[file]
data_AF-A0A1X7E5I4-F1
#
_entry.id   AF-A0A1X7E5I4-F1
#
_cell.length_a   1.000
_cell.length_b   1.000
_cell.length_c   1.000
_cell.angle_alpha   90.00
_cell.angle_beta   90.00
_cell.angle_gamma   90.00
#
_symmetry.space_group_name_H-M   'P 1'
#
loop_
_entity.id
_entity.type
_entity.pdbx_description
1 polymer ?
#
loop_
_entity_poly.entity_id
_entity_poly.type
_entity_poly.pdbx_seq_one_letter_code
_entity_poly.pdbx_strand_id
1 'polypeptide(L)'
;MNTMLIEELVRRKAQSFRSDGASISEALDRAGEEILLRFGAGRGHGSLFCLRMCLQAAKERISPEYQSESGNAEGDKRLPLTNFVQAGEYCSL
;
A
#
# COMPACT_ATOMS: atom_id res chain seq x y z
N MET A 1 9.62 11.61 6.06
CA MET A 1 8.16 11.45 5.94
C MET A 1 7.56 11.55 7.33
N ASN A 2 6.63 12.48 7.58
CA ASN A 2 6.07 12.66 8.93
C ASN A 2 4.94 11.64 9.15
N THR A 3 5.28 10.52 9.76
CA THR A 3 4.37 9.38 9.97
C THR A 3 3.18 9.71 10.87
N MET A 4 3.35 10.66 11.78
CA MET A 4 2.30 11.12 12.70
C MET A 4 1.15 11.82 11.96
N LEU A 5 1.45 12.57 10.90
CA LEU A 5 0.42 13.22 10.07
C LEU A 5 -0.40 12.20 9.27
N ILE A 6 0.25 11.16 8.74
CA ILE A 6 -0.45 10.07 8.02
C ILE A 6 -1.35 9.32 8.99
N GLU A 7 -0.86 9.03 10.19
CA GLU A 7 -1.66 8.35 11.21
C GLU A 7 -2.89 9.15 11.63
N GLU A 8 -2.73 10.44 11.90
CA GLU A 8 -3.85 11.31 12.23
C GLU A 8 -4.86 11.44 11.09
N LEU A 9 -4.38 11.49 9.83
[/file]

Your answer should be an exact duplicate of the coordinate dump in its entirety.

data_AF-A0A1X7E5I4-F1
#
_entry.id   AF-A0A1X7E5I4-F1
#
_cell.length_a   1.000
_cell.length_b   1.000
_cell.length_c   1.000
_cell.angle_alpha   90.00
_cell.angle_beta   90.00
_cell.angle_gamma   90.00
#
_symmetry.space_group_name_H-M   'P 1'
#
loop_
_entity.id
_entity.type
_entity.pdbx_description
1 polymer ?
#
loop_
_entity_poly.entity_id
_entity_poly.type
_entity_poly.pdbx_seq_one_letter_code
_entity_poly.pdbx_strand_id
1 'polypeptide(L)'
;MNTMLIEELVRRKAQSFRSDGASISEALDRAGEEILLRFGAGRGHGSLFCLRMCLQAAKERISPEYQSESGNAEGDKRLPLTNFVQAGEYCSL
;
A
#
# COMPACT_ATOMS: atom_id res chain seq x y z
N MET A 1 9.62 11.61 6.06
CA MET A 1 8.16 11.45 5.94
C MET A 1 7.56 11.55 7.33
N ASN A 2 6.63 12.48 7.58
CA ASN A 2 6.07 12.66 8.93
C ASN A 2 4.94 11.64 9.15
N THR A 3 5.28 10.52 9.76
CA THR A 3 4.37 9.38 9.97
C THR A 3 3.18 9.71 10.87
N MET A 4 3.35 10.66 11.78
CA MET A 4 2.30 11.12 12.70
C MET A 4 1.15 11.82 11.96
N LEU A 5 1.45 12.57 10.90
CA LEU A 5 0.42 13.22 10.07
C LEU A 5 -0.40 12.20 9.27
N ILE A 6 0.25 11.16 8.74
CA ILE A 6 -0.45 10.07 8.02
C ILE A 6 -1.35 9.32 8.99
N GLU A 7 -0.86 9.03 10.19
CA GLU A 7 -1.66 8.35 11.21
C GLU A 7 -2.89 9.15 11.63
N GLU A 8 -2.73 10.44 11.90
CA GLU A 8 -3.85 11.31 12.23
C GLU A 8 -4.86 11.44 11.09
N LEU A 9 -4.38 11.49 9.83